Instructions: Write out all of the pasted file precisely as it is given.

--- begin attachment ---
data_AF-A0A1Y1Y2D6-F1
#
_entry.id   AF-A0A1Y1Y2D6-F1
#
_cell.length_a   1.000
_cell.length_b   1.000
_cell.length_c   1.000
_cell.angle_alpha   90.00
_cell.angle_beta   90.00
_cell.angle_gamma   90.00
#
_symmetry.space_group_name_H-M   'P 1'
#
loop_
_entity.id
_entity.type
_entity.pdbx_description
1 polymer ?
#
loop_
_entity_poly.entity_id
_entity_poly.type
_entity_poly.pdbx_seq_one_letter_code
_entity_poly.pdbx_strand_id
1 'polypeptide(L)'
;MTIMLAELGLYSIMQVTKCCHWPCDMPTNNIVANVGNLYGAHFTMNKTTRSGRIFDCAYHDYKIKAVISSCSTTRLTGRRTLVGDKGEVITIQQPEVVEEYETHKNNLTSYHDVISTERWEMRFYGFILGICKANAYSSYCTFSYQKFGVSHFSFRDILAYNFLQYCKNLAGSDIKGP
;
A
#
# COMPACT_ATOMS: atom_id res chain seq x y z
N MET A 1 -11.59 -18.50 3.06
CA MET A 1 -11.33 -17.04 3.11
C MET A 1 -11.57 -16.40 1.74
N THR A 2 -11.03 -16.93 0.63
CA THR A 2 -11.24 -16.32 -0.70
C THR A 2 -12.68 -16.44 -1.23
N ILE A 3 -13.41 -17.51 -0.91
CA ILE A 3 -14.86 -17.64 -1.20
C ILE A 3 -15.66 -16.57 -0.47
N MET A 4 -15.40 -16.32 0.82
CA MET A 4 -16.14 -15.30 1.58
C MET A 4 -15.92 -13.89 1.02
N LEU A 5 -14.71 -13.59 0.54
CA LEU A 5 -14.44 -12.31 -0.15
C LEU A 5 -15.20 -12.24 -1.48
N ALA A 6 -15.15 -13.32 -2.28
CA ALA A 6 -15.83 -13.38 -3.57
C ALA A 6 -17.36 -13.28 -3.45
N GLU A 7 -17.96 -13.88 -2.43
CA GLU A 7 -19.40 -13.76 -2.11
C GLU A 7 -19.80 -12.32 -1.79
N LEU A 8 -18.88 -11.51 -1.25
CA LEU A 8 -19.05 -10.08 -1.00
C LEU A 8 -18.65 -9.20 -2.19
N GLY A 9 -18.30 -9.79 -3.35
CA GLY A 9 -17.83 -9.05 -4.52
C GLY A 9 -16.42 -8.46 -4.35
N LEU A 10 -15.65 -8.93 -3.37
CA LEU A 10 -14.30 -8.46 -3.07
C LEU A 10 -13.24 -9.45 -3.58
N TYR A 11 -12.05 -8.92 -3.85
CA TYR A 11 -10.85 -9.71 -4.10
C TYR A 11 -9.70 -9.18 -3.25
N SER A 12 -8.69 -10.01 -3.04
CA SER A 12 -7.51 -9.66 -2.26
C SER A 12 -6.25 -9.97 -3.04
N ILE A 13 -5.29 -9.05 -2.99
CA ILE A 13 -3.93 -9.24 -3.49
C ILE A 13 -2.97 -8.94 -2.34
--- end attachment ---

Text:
data_AF-A0A1Y1Y2D6-F1
#
_entry.id   AF-A0A1Y1Y2D6-F1
#
_cell.length_a   1.000
_cell.length_b   1.000
_cell.length_c   1.000
_cell.angle_alpha   90.00
_cell.angle_beta   90.00
_cell.angle_gamma   90.00
#
_symmetry.space_group_name_H-M   'P 1'
#
loop_
_entity.id
_entity.type
_entity.pdbx_description
1 polymer ?
#
loop_
_entity_poly.entity_id
_entity_poly.type
_entity_poly.pdbx_seq_one_letter_code
_entity_poly.pdbx_strand_id
1 'polypeptide(L)'
;MTIMLAELGLYSIMQVTKCCHWPCDMPTNNIVANVGNLYGAHFTMNKTTRSGRIFDCAYHDYKIKAVISSCSTTRLTGRRTLVGDKGEVITIQQPEVVEEYETHKNNLTSYHDVISTERWEMRFYGFILGICKANAYSSYCTFSYQKFGVSHFSFRDILAYNFLQYCKNLAGSDIKGP
;
A
#
# COMPACT_ATOMS: atom_id res chain seq x y z
N MET A 1 -11.59 -18.50 3.06
CA MET A 1 -11.33 -17.04 3.11
C MET A 1 -11.57 -16.40 1.74
N THR A 2 -11.03 -16.93 0.63
CA THR A 2 -11.24 -16.32 -0.70
C THR A 2 -12.68 -16.44 -1.23
N ILE A 3 -13.41 -17.51 -0.91
CA ILE A 3 -14.86 -17.64 -1.20
C ILE A 3 -15.66 -16.57 -0.47
N MET A 4 -15.40 -16.32 0.82
CA MET A 4 -16.14 -15.30 1.58
C MET A 4 -15.92 -13.89 1.02
N LEU A 5 -14.71 -13.59 0.54
CA LEU A 5 -14.44 -12.31 -0.15
C LEU A 5 -15.20 -12.24 -1.48
N ALA A 6 -15.15 -13.32 -2.28
CA ALA A 6 -15.83 -13.38 -3.57
C ALA A 6 -17.36 -13.28 -3.45
N GLU A 7 -17.96 -13.88 -2.43
CA GLU A 7 -19.40 -13.76 -2.11
C GLU A 7 -19.80 -12.32 -1.79
N LEU A 8 -18.88 -11.51 -1.25
CA LEU A 8 -19.05 -10.08 -1.00
C LEU A 8 -18.65 -9.20 -2.19
N GLY A 9 -18.30 -9.79 -3.35
CA GLY A 9 -17.83 -9.05 -4.52
C GLY A 9 -16.42 -8.46 -4.35
N LEU A 10 -15.65 -8.93 -3.37
CA LEU A 10 -14.30 -8.46 -3.07
C LEU A 10 -13.24 -9.45 -3.58
N TYR A 11 -12.05 -8.92 -3.85
CA TYR A 11 -10.85 -9.71 -4.10
C TYR A 11 -9.70 -9.18 -3.25
N SER A 12 -8.69 -10.01 -3.04
CA SER A 12 -7.51 -9.66 -2.26
C SER A 12 -6.25 -9.97 -3.04
N ILE A 13 -5.29 -9.05 -2.99
CA ILE A 13 -3.93 -9.24 -3.49
C ILE A 13 -2.97 -8.94 -2.34